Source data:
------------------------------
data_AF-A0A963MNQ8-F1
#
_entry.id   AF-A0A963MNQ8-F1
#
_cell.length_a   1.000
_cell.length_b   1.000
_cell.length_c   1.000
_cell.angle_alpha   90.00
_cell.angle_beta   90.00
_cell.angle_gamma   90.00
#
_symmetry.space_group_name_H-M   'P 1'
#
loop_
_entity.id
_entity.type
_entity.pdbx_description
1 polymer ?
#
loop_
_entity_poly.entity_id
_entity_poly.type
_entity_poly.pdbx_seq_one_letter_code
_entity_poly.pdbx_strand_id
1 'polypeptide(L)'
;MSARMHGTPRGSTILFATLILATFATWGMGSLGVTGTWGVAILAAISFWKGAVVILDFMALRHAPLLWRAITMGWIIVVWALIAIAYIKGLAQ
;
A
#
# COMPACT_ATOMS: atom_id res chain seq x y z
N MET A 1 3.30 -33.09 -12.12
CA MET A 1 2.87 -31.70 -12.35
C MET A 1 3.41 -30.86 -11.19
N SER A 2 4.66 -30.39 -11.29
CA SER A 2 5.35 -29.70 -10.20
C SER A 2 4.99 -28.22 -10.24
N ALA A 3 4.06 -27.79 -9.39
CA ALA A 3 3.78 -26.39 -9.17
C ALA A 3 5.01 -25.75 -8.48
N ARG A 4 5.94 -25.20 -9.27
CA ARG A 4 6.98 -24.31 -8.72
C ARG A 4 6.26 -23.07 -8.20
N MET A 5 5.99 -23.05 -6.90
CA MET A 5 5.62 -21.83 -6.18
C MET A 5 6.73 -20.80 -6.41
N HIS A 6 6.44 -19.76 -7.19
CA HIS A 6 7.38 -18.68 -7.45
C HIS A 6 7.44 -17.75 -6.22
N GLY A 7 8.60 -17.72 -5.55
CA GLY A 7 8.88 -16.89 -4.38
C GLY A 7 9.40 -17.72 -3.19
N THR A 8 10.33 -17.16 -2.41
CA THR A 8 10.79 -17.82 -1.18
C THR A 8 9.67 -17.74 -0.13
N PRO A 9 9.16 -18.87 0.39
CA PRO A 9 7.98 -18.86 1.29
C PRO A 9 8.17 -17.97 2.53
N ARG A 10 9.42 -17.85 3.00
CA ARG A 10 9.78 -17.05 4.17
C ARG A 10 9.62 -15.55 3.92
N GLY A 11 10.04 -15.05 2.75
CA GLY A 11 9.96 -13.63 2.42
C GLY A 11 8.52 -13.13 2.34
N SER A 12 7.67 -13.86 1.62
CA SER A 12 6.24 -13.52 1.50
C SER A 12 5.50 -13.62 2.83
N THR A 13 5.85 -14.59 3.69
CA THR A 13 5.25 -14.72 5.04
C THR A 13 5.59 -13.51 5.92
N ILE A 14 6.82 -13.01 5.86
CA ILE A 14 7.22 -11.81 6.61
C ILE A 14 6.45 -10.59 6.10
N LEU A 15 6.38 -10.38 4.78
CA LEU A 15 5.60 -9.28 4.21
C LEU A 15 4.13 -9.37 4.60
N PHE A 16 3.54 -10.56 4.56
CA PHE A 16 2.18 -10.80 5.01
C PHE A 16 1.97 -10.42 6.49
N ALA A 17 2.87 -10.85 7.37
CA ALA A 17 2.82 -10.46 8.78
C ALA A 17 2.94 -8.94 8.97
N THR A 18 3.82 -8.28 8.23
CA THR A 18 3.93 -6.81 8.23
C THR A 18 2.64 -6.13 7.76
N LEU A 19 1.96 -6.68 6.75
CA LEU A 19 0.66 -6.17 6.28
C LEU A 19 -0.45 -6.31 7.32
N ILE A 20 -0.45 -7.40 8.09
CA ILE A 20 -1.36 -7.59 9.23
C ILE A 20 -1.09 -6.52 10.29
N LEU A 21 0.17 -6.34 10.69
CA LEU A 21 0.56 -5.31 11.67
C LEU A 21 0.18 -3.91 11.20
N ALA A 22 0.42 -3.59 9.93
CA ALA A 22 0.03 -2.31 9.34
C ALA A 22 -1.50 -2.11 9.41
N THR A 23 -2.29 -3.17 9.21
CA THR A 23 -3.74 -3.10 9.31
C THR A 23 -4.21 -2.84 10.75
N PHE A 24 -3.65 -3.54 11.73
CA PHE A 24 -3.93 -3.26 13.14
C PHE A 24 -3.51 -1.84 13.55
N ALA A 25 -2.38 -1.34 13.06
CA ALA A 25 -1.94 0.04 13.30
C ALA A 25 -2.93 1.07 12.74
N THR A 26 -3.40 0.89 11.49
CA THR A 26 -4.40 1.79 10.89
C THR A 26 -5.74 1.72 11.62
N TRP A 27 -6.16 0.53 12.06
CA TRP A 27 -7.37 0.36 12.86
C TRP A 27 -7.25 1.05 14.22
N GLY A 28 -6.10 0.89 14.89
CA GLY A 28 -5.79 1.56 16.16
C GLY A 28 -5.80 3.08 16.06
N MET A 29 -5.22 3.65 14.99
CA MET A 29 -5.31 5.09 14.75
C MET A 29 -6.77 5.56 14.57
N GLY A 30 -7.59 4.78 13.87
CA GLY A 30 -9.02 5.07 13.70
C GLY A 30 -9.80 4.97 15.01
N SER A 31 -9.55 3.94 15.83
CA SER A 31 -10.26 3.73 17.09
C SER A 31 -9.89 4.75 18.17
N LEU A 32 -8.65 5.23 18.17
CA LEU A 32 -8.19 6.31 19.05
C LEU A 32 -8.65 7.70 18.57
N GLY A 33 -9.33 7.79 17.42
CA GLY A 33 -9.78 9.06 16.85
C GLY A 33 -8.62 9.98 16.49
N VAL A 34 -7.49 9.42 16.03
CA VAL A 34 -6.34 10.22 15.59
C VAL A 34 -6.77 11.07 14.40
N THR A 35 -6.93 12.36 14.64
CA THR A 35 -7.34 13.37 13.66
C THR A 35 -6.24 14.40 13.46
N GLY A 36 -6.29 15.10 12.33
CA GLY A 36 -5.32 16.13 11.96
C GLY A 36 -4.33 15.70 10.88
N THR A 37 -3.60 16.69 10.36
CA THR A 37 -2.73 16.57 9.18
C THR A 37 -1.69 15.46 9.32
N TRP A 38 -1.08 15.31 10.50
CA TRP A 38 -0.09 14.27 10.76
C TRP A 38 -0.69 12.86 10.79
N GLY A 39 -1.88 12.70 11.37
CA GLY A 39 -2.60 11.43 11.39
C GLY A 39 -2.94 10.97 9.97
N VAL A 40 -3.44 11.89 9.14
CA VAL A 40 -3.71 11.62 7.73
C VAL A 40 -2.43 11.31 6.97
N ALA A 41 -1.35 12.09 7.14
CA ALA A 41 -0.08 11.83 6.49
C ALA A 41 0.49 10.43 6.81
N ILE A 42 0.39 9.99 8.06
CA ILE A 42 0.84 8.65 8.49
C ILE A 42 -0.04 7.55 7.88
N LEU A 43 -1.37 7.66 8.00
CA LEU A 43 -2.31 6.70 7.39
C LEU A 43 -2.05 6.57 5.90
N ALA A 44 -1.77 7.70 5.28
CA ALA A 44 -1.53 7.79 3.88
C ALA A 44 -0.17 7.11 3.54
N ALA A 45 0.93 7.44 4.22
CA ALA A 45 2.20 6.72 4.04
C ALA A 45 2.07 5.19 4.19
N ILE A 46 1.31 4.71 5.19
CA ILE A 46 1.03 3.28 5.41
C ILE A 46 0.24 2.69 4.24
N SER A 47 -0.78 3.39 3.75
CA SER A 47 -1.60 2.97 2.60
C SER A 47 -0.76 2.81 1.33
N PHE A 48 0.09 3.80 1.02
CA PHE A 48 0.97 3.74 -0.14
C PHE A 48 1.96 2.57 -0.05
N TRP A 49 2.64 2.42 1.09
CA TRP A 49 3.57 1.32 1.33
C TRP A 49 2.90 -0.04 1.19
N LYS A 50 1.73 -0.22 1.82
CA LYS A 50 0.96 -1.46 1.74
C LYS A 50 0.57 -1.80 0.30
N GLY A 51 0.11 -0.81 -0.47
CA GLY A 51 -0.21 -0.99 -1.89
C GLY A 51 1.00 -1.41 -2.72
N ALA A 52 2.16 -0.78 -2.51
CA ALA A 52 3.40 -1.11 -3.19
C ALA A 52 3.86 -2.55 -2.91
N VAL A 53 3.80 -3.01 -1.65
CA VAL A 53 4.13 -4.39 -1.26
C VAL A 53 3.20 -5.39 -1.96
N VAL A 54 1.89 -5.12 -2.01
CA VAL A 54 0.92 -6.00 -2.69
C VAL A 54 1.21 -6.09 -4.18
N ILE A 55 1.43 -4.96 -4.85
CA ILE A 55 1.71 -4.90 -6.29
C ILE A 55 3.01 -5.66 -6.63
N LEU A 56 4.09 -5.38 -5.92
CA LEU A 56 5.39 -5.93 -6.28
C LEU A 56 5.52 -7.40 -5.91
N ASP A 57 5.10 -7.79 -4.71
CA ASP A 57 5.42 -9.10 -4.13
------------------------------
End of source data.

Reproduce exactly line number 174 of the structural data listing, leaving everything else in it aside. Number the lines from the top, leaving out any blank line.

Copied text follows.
C PHE A 48 1.96 2.57 -0.05